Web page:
Aside from her opening lament for the “loss of the written word” (really? where did it go?), I enjoyed Lisa Jardine’s Point of View in BBC News Magazine recently. Jardine shared heated letter exchanges author Virginia Woolf had with a book critic.  Jardine used these exchanges to show that letter writing can provide an opportunity for us to reflect and breathe after getting unwelcome news so that we may reply in a reasoned, respectful manner. She offers that the medium of letters and the traditional conventions of letter writing prevented rude, dis-embodied comments like we see so frequently these days on the internet.

(photo from Encyclopedia Britannica)

But then Jardine shared excerpts from another series of letters exchanged between Woolf and her former lover Vita Sackville-West, letters that resulted in hurt feelings over what was an apparent misunderstanding.  A postal “flame war” erupted before cooler heads prevailed.

The takeaway? Let’s not romanticize letter writing as a higher form of communication so sophisticated that it prevents us mere humans from getting in our own way.  As it turns out, we’re likely to do that no matter the form our communication takes.

But I still think that letters–with their tangible, mutually touched pages–are a far superior format for communication that matters…like apologizing for sending a nasty letter!  Today, their rarity makes them all the more powerful.

An American in Paris

Since my trip to Paris last year, I’ve had a mini-fantasy of picking up and moving to Paris to write and create and drink and taste and ponder and do all those things that Americans fantasize about doing in Paris.  It’s a city where people have been doing just that for centuries, so it’s the perfect place to fantasize about.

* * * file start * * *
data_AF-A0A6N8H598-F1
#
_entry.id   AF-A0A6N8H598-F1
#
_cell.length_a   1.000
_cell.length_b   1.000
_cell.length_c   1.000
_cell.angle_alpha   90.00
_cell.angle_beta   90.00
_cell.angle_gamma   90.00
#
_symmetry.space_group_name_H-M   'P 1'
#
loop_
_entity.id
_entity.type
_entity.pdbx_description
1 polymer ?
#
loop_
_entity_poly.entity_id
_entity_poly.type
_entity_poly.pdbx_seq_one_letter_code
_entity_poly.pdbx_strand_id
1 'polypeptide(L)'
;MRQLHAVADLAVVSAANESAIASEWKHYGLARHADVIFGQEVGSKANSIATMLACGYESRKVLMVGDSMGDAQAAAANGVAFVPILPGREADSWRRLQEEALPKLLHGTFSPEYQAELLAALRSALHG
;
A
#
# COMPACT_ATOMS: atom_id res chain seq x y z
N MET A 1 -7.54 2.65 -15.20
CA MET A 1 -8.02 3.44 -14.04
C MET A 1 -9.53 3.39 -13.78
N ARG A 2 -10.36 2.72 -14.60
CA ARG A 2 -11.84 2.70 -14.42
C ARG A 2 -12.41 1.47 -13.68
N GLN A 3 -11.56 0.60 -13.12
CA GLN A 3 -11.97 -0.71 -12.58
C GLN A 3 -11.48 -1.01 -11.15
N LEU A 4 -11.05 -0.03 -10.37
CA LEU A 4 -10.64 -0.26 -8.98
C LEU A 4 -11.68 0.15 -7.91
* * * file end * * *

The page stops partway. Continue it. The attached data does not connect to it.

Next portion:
To feed my fantasy, I’ve been reading books like The Paris Wife about Hemingway and his first wife and their time in Paris.  I also really enjoyed the movie Midnight in Paris that brought to life the 1920s art scene (and, ironically, features a main character who recognizes his folly in romanticizing Paris and its past).  I have since moved to reading works by authors writing at that time, like Earnest Hemingway and Gertrude Stein.

I am reading Stein’s Autobiography of Alice B. Toklas and Tender Buttons.  Often, her style is so random that I just let go and read and see where it takes me, what it makes me feel.  But having read some of her work, I really enjoyed the creatvity of this rejection letter sent by her publisher (posted at Letters of Note).

It’s nice to remember that even now-famous writers got rejection letters. It reminds me that what Sir Ken Robinson says is true, “If you’re not prepared to be wrong, you will never come up with anything original.”  I hope we all are prepared to try and fail and be wrong and continue anyway; only then can we create something worth creating.

 

Robert Burns Letter

I love Scottish poet Robert Burns, and not just because we share a birthday! His poetry is so delicious and raucous and romantic.

And, apparently, he didn’t take criticism well.  Or perhaps he just didn’t take criticism well if he felt it was unfounded.  Here is a wonderful letter he wrote to a critic in 1791.  It was posted yesterday on Letters of Note.

(Image from BBC, which has a lovely Burns page.  I’m so sad that my computer is not “in the area” that is allowed to hear the recitations of his poetry by famous Britains.)

My favorite part of his letter (beyond the simply perfect beginning of “Thou eunuch of language”) was “thou pickle-herring in the puppet-show of nonsense.”

Oh, will I ever write such a musical scree of poetic invective? Maybe if I’m angry enough!